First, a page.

What to do about it…

There is a very simple formula that will help you determine exactly how much you should be profiting each time you book a session. *You can download our free ‘Pricing Tips & Tools’ Download (scroll to the bottom of this post) to use our worksheet to find your ideal profit number. 

First, how many sessions can you take on each week and ensure that you will not only provide the very best customer experience that you can possibly deliver, but you will also be the best ___________________ (insert: wife, mother, daughter, employee, student) that you are meant to be. Multiply that number by 4.

Next, determine how much money you would like to pay yourself each month. Now, this doesn’t mean how much you Gross, because there are expenses that must be considered. Instead, think of how much would you like to pay yourself each month. Sometimes this is easy to decide because your goal is to replace your current salary.  Other times it’s a little harder. Take the time to consider your long term goals, how you feel about different numbers, and what each salary option would allow for your lifestyle. Once you have defined your monthly salary, divide that by the number of sessions you came up with by multiplying your ideal weekly session count x 4.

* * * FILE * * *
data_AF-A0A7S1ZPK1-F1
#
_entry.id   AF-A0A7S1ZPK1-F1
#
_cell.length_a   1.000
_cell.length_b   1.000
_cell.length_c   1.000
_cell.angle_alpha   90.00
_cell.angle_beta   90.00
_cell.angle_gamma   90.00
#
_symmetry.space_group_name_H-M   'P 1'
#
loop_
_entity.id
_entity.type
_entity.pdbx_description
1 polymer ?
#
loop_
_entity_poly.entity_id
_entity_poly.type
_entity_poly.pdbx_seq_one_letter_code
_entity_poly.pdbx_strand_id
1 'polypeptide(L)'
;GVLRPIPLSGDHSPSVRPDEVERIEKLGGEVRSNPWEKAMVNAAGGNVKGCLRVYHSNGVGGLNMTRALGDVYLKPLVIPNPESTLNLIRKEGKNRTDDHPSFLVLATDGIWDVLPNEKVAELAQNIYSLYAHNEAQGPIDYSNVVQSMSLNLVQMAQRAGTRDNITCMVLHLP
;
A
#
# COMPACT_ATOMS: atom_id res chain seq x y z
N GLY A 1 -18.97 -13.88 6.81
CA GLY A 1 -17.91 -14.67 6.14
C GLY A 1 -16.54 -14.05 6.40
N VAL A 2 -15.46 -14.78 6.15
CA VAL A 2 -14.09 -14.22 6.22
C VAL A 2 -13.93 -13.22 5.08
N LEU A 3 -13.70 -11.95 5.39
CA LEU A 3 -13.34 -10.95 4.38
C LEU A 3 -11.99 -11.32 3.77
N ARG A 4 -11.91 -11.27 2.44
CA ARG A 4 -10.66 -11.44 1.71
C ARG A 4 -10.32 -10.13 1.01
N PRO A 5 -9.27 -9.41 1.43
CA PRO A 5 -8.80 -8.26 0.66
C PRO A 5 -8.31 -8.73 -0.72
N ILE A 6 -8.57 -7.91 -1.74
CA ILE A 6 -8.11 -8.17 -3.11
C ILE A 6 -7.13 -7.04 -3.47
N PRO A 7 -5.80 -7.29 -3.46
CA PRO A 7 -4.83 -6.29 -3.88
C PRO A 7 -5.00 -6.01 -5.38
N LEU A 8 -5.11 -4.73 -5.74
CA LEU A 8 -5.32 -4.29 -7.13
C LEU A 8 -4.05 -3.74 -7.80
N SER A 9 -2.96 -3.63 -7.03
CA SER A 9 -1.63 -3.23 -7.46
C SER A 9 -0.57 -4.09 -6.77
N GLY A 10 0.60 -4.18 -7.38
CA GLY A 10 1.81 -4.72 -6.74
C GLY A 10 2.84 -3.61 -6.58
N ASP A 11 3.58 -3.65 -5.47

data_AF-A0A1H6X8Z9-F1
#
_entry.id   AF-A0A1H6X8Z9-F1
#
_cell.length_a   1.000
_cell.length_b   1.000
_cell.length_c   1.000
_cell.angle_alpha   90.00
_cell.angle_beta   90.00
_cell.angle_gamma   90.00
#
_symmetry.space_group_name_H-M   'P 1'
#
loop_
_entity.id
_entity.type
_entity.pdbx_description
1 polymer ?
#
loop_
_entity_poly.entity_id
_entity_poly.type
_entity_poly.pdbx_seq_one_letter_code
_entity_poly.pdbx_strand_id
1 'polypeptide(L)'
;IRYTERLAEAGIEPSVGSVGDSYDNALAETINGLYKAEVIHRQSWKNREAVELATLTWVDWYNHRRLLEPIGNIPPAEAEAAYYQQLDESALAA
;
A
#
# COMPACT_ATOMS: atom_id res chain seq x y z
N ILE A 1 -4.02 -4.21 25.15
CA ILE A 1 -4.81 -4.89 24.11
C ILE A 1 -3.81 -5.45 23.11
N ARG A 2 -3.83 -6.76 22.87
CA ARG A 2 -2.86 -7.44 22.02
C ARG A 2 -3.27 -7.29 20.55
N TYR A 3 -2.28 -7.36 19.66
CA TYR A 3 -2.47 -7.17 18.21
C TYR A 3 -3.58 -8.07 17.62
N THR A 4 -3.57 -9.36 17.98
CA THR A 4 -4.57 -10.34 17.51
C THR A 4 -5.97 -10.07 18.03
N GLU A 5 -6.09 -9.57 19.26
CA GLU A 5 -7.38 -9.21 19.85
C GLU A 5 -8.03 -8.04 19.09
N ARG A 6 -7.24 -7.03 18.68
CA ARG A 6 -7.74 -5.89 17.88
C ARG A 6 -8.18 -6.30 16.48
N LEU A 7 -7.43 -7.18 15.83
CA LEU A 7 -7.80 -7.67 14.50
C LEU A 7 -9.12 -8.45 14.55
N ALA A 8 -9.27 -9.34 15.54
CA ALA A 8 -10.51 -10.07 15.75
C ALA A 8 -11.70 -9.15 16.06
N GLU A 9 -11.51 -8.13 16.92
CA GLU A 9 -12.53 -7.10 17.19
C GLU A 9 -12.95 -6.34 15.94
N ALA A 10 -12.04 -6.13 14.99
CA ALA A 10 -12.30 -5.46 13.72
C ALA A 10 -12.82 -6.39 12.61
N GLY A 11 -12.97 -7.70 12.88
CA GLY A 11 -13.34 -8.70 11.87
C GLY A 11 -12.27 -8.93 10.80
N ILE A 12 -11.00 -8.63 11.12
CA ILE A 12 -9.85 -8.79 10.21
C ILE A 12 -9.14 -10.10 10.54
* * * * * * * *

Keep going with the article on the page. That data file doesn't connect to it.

[Monthly Salary Goal / Monthly Session Potential = Profitability Goal]

Now that you know how much you think you want to profit from each session, take it one step further by dividing that number by the number of hours you invest total in each session (feel free to guesstimate here. A good average is about 15 hours per session, but make sure you factor in your editing time!). Now you have a very general idea of your hourly rate. Are you happy with it, or is it less than if you started handing out paper sacks through a drive-through window?